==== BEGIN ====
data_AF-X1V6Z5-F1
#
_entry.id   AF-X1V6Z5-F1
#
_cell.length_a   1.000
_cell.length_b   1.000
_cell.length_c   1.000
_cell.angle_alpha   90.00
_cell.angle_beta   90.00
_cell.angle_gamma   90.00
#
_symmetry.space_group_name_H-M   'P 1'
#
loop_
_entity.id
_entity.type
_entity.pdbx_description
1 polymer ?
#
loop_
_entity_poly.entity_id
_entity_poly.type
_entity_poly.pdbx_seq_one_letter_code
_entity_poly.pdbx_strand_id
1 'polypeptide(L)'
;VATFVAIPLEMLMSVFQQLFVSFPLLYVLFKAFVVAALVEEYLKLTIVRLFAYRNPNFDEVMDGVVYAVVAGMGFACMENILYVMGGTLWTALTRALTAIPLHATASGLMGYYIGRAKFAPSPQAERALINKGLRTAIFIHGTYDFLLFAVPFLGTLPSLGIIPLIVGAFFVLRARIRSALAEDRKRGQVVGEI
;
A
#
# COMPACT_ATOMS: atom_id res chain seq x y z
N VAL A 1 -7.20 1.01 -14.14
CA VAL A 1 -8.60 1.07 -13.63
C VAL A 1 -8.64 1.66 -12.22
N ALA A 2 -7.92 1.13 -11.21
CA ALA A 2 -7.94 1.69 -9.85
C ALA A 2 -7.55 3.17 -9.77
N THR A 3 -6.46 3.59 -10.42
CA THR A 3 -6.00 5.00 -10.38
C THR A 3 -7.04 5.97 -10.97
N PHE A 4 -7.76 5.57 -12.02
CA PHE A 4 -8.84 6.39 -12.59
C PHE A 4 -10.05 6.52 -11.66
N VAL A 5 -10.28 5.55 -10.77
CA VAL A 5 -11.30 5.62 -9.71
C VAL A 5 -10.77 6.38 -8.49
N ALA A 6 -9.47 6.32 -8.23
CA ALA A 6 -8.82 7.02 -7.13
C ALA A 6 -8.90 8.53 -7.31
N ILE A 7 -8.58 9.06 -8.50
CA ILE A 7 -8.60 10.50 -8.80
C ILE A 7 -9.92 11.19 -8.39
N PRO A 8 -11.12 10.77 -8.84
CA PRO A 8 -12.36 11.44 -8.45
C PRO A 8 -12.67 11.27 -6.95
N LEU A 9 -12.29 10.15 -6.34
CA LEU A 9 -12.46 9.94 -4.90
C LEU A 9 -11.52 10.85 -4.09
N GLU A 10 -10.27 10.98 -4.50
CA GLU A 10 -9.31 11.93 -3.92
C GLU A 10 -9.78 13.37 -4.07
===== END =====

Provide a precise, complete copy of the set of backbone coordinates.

data_AF-X1V6Z5-F1
#
_entry.id   AF-X1V6Z5-F1
#
_cell.length_a   1.000
_cell.length_b   1.000
_cell.length_c   1.000
_cell.angle_alpha   90.00
_cell.angle_beta   90.00
_cell.angle_gamma   90.00
#
_symmetry.space_group_name_H-M   'P 1'
#
loop_
_entity.id
_entity.type
_entity.pdbx_description
1 polymer ?
#
loop_
_entity_poly.entity_id
_entity_poly.type
_entity_poly.pdbx_seq_one_letter_code
_entity_poly.pdbx_strand_id
1 'polypeptide(L)'
;VATFVAIPLEMLMSVFQQLFVSFPLLYVLFKAFVVAALVEEYLKLTIVRLFAYRNPNFDEVMDGVVYAVVAGMGFACMENILYVMGGTLWTALTRALTAIPLHATASGLMGYYIGRAKFAPSPQAERALINKGLRTAIFIHGTYDFLLFAVPFLGTLPSLGIIPLIVGAFFVLRARIRSALAEDRKRGQVVGEI
;
A
#
# COMPACT_ATOMS: atom_id res chain seq x y z
N VAL A 1 -7.20 1.01 -14.14
CA VAL A 1 -8.60 1.07 -13.63
C VAL A 1 -8.64 1.66 -12.22
N ALA A 2 -7.92 1.13 -11.21
CA ALA A 2 -7.94 1.69 -9.85
C ALA A 2 -7.55 3.17 -9.77
N THR A 3 -6.46 3.59 -10.42
CA THR A 3 -6.00 5.00 -10.38
C THR A 3 -7.04 5.97 -10.97
N PHE A 4 -7.76 5.57 -12.02
CA PHE A 4 -8.84 6.39 -12.59
C PHE A 4 -10.05 6.52 -11.66
N VAL A 5 -10.28 5.55 -10.77
CA VAL A 5 -11.30 5.62 -9.71
C VAL A 5 -10.77 6.38 -8.49
N ALA A 6 -9.47 6.32 -8.23
CA ALA A 6 -8.82 7.02 -7.13
C ALA A 6 -8.90 8.53 -7.31
N ILE A 7 -8.58 9.06 -8.50
CA ILE A 7 -8.60 10.50 -8.80
C ILE A 7 -9.92 11.19 -8.39
N PRO A 8 -11.12 10.77 -8.84
CA PRO A 8 -12.36 11.44 -8.45
C PRO A 8 -12.67 11.27 -6.95
N LEU A 9 -12.29 10.15 -6.34
CA LEU A 9 -12.46 9.94 -4.90
C LEU A 9 -11.52 10.85 -4.09
N GLU A 10 -10.27 10.98 -4.50
CA GLU A 10 -9.31 11.93 -3.92
C GLU A 10 -9.78 13.37 -4.07